Commentary | Budget, Taxes, and Public Investment

Public investments are needed, but a budget freeze would hurt the economy

Last week, President Obama called for a five-year freeze in non-security discretionary spending, a proposal he will detail in his budget request next month.  This proposal should be viewed as a two-year extension of his proposed freeze last year, which—due to the Continuing Resolution—was for all intents and purposes adopted.  While this proposal doesn’t change nominal funding levels, it does represent a cut relative to an inflation-adjusted per capita constant funding level.

Moreover, this proposed freeze represents a missed opportunity.  The economy is still in dire condition, and must create 11 million new jobs just to return to our pre-recession employment levels, adjusted for population growth.  Now is the time to be boosting support for the fragile recovery, yet with the Recovery Act receding and the budget frozen, the federal government is rapidly decreasing its commitment to job creation and recovery.

The president rightly called for higher public investment.  Investments in transportation, education, research, and the energy infrastructure are vital to ensuring a healthy, prosperous future for the nation, and jump-starting these investments now would create hundreds of thousands of new jobs.  Yet these investments fall under the same portion of the budget—non-security discretionary—that the president wants to freeze.  Even if President Obama is able to secure more public investment, a freeze can only happen at the expense of other vital programs.  Congress and the administration should focus on jobs, not cutting holes in the social safety net during the largest economic downturn since the Great Depression.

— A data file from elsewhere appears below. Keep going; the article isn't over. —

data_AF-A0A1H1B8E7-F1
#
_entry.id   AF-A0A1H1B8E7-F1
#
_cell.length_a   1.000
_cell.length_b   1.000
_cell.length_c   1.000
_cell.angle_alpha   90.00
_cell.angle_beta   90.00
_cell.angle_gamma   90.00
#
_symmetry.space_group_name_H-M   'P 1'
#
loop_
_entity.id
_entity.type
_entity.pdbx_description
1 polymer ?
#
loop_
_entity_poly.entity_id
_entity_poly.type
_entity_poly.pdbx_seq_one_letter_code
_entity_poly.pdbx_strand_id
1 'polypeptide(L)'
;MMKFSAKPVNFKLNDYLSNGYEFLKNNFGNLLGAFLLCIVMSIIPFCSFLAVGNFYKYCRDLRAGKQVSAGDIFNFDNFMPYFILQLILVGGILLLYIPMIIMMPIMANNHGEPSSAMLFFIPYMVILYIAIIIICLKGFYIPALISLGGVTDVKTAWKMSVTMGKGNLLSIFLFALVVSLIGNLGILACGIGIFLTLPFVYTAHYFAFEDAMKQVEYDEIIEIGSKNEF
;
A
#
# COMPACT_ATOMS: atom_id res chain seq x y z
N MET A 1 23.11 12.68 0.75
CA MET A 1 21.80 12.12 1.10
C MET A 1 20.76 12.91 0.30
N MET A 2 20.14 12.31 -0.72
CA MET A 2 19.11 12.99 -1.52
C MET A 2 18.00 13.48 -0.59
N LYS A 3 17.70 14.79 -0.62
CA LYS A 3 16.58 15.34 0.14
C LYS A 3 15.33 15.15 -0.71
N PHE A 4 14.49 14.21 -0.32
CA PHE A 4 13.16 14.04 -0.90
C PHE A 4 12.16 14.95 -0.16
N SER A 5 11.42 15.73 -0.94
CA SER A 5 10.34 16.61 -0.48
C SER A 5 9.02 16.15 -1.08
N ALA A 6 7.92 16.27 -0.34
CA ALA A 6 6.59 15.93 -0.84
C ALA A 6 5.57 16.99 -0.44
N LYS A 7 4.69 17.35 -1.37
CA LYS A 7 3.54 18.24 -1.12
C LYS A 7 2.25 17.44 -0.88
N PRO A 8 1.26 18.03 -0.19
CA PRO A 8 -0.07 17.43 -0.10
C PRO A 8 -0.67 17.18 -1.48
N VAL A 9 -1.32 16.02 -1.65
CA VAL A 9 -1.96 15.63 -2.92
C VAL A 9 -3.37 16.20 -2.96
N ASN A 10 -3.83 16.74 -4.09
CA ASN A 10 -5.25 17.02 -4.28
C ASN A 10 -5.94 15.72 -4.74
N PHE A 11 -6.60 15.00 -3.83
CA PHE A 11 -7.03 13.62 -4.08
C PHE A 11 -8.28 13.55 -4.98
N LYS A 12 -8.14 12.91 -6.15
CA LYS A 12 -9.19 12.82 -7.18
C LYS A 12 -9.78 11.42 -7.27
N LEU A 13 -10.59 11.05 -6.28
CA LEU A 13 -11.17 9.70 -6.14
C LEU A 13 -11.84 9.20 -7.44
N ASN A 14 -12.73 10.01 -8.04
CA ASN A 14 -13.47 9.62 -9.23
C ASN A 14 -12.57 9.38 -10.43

While the president’s proposed freeze may represent a missed opportunity, the vote earlier in the day in the House of Representatives calling for a cut of $84 billion—which translates to $160 billion through this fiscal year and the next—represents a full frontal assault on the economic recovery and would cause massive job loss. Using a conventional economic multiplier, we estimate that a cut such as this would reduce employment levels by about one million jobs, completely wiping out the economy’s job gains over the past year.

Furthermore, with non-security discretionary funding levels at $445 billion, this cut would force funds for transportation, education, law enforcement, health care, and other categories to be slashed by over 20%.  Think about it: one out of every five federal dollars spent on repairing roads and levees, educating our children, keeping our communities safe and borders secure, and preventing the outbreak of dangerous communicative diseases.  The president said that “the future is not a gift; it is an achievement”—unfortunately, the House of Representatives’ vote signaled that rather than fighting for a better tomorrow, it prefers pre-emptive surrender.

The president is right to be focused on long-run economic growth instead of solely on deficit reduction. But his proposal to freeze non-security discretionary spending is misguided, and as the House of Representatives’ vote has just shown us, only serves to encourage even worse policy proposals from his opposition.